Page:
Dosa revolution

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Shekar Mani, through Saravanaa Bhavan, wants to redefine Indian food in Australia

The secret behind a good dosa, says Shekar Mani, is the dough. “It’s the prep work. It can’t be done in a way that it’s not sour and it’s not bland. It should just be right. A food connoisseur should say wow when they taste a good dosa,” adds Shekar, the man who’s bringing Saravanaa Bhavan to Melbourne.

The world famous Saravanaa Bhavan, a South Indian restaurant chain known for its authentic dosas and sambhar, is gearing up to set up shop in Melbourne this April, its 57th global outlet, and Shekar and his partner Vinodhkumar, the company accountant, are not resting till the roots are well entrenched in Victoria.

The restaurant has its history in Chennai and is backed by a four-decade long family tradition of serving authentic dosa, idlis, chutney, vada and sambhar. Saravanaa Bhavan has been operational in Sydney for over 15 months and is based in Parramatta.

Shekar is as excited about the launch of Saravanaa Bhavan’s new outlet in Australia as he was when he helped McCann Erickson launch Coco Cola in India. With a vision to make South Indian food popular in Australia and get the merit it deserves, Shekar is now travelling between Sydney and Melbourne to set up the global vegetarian restaurant in Melbourne.

“South Indian food has a long way to go in Australia. People still identify Indian food with North Indian food and that must change. South Indian food has a lot of good qualities and is quite often organic and probiotic. This is a winner in today’s world and that word has to spread,” says Shekar, who is a shareholder in the Australian operations and is a main trading partner of the company here. Shekar cut his teeth with the Taj Group of Hotels where he was part of a crack team to launch iconic hotels such as the Taj Bengal, Taj Connemara and several others. In the mid 90s he joined the world’s largest advertising firm, McCann Erickson to head the relaunch of Coca Cola into Asia-Pacific. He was instrumental in re-launching Coca Cola in India in the 90s. He reintroduced Coca Cola’s hobble-skirt bottles, a big winner in the market. From a top management school in India, he has completed a PhD recently and moved to Australia to take up a management position with ANZ.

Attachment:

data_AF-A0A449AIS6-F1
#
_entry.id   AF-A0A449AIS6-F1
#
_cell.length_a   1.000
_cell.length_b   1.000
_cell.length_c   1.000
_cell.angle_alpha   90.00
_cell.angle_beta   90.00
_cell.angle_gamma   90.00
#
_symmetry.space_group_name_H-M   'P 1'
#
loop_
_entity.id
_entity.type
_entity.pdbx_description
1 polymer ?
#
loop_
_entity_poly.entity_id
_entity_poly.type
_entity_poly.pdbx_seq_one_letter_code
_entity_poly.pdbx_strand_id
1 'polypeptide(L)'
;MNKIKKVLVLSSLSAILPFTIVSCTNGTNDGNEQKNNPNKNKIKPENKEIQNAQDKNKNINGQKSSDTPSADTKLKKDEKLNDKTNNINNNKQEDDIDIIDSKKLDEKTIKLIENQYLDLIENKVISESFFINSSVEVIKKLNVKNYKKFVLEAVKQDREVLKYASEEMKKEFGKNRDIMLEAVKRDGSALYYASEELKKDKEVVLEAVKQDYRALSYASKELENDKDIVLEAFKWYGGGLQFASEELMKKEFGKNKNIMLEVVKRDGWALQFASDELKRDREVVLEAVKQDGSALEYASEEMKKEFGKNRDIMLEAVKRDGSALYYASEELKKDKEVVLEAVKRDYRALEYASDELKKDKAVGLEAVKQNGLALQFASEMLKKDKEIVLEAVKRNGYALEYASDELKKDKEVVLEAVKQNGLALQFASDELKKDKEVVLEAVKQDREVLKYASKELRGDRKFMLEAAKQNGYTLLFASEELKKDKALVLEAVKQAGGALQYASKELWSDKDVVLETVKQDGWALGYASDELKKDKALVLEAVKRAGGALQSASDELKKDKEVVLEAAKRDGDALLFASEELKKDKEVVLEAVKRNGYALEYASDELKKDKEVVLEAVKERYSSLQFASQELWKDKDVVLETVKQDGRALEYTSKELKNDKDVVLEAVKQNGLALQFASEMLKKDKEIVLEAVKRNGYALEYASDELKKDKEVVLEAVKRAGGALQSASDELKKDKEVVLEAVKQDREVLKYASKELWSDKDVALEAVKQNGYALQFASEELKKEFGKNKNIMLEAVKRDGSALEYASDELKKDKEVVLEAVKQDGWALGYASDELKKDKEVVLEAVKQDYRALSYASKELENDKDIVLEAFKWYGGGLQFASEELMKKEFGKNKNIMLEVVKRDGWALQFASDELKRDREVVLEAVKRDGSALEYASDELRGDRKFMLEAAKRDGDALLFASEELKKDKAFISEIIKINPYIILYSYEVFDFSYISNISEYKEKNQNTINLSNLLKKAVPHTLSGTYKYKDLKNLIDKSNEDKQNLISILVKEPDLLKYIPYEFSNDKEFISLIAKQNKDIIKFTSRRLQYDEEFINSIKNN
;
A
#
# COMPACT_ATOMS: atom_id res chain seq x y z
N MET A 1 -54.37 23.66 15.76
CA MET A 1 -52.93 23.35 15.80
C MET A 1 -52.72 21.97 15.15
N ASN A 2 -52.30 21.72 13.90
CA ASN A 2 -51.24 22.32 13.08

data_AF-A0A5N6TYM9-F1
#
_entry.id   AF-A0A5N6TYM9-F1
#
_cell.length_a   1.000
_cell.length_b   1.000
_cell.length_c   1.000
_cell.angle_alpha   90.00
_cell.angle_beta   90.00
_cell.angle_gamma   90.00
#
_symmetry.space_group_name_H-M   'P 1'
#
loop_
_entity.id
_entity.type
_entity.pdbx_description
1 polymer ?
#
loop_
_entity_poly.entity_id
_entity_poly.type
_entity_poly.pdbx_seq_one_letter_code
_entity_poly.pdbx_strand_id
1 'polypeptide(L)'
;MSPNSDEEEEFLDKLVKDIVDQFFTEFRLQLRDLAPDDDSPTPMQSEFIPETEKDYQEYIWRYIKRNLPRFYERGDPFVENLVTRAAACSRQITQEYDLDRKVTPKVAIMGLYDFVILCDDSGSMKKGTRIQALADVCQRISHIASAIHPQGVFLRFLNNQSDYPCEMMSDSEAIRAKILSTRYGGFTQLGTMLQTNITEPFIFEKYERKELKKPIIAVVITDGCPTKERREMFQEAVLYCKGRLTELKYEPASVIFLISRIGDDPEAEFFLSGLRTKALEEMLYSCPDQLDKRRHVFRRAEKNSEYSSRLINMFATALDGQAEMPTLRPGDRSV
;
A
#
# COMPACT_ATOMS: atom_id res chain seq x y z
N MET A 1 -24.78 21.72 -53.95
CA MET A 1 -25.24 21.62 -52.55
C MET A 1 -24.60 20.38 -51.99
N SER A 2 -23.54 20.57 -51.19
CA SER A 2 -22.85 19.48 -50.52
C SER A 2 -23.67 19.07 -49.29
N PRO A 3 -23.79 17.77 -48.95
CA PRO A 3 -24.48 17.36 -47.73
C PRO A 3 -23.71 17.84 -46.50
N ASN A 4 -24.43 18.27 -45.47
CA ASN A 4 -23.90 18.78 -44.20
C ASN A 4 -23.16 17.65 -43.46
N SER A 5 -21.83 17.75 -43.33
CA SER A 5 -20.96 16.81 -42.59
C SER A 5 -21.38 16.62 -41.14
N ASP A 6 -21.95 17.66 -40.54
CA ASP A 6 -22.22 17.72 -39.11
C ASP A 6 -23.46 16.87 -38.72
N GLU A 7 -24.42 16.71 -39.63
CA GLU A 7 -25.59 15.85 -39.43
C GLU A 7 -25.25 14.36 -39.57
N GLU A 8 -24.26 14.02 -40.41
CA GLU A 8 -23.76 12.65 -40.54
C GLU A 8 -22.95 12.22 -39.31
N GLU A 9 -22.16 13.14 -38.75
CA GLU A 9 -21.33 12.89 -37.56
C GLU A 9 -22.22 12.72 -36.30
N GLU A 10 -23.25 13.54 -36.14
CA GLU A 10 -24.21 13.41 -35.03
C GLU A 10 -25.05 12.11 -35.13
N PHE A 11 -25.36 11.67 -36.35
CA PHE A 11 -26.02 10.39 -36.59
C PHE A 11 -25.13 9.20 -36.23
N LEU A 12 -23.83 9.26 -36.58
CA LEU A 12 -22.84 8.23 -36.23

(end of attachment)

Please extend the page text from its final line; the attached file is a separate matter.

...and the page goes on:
Saravanaa Bhavan in Melbourne will employee 40 people to run its operations in Wantrina, says Shekar. All the chefs have global experience and have worked in North America and the Middle East. With a dedicated set of professionals, Shekar has his eyes set on grabbing the limelight for his restaurant and redefining what Indian food means to many. The Australian food landscape may have changed since he first moved here 23 years ago, but a majority of Australians, including Indian Australians identify Indian food with roti/naans and butter chicken. Indian food is now one of the most popular eat outs in Australia. Shekar’s new venture is set to change the dynamics and reshape Indian food here.

Setting up the first branch in Victoria in Wantirna is to tap into the large Indian population that live in the South East. “Undoubtedly, the founders of Saravanaa Bhavan believe in word of mouth. We want the Indians living in the area to try our food and talk about it. The rest will follow. There is no competition when it comes to what we do. It’s a class apart,” says a confident Shekar who has already tasted success in Sydney. “Sydney is a different market. We get a lot of lunch traffic because it’s in Parramatta. That’s a hub. Wantirna will be different as it’s more suburban and we have to capture the weekend and dinner market to start with,” he adds.

Shekar’s main aim is to focus on the health aspects of South Indian food. He believes that fermented food is an important dietary requirement and dosas are tasty and adds a lot of value to improve ones health.